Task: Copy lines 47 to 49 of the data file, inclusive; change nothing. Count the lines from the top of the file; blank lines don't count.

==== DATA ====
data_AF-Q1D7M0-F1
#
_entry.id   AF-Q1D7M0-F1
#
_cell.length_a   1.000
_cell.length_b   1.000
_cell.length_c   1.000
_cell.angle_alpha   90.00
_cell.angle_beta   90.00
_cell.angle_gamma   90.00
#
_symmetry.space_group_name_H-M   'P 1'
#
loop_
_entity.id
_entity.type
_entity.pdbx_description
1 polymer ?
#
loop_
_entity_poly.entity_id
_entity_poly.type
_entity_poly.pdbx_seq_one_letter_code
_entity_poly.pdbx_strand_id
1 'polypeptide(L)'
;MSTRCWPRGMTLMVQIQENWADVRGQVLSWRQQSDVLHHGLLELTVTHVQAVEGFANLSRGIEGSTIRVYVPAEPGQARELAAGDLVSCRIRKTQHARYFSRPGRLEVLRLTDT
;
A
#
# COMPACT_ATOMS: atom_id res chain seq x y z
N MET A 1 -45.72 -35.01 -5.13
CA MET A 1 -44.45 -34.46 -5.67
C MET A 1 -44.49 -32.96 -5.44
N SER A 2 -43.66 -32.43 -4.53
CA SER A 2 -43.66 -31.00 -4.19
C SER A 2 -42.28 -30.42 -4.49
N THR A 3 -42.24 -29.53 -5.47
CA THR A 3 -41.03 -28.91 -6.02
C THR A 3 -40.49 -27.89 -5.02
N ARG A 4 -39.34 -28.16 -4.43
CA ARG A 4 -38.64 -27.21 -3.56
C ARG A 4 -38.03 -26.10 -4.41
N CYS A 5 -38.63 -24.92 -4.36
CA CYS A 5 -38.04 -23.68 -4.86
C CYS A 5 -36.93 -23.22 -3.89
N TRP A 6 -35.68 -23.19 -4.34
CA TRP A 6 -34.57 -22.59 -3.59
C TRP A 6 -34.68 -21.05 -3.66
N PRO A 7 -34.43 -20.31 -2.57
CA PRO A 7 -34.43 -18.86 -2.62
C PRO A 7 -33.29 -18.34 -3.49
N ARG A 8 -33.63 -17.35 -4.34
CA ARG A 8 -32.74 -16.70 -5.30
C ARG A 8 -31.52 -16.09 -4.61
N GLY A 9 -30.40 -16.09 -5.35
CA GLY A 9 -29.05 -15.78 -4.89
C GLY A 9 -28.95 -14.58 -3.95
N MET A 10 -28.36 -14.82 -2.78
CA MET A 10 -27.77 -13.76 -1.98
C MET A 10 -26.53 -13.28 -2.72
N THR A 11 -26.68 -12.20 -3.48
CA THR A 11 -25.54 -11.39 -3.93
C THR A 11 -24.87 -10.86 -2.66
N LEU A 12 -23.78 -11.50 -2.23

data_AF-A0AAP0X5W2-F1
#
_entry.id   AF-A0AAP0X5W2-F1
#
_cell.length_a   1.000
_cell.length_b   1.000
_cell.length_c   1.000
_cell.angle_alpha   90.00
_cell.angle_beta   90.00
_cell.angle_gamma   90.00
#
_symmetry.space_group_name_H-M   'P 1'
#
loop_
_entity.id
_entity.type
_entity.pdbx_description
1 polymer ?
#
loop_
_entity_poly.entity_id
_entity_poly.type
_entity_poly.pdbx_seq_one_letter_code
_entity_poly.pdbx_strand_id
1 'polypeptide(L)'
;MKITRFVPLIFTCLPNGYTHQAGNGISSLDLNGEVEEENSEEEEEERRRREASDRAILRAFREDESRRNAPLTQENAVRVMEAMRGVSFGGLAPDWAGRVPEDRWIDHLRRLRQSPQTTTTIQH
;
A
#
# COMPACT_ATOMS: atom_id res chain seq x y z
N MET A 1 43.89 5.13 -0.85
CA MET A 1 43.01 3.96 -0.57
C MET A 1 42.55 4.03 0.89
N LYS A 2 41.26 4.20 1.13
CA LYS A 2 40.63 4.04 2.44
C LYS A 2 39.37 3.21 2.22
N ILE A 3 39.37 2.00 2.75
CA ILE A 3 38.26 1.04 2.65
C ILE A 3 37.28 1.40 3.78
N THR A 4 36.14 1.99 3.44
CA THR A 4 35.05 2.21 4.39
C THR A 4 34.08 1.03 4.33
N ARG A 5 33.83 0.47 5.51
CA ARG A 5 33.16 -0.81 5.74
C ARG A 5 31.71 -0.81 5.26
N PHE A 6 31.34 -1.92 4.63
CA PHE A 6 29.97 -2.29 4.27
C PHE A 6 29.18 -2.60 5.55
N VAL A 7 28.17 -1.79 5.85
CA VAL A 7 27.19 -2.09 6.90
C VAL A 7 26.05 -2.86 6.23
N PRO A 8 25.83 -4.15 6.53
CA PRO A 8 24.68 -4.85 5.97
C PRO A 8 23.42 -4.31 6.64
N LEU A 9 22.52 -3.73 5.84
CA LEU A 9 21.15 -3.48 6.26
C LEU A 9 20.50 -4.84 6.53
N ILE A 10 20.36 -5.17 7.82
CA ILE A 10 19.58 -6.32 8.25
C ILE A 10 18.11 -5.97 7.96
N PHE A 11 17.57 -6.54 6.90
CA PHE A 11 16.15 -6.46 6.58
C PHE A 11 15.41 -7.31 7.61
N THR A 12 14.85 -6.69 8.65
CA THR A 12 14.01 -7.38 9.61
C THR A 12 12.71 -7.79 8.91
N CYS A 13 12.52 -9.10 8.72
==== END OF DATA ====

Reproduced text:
CA TRP A 6 -34.57 -22.59 -3.59
C TRP A 6 -34.68 -21.05 -3.66
N PRO A 7 -34.43 -20.31 -2.57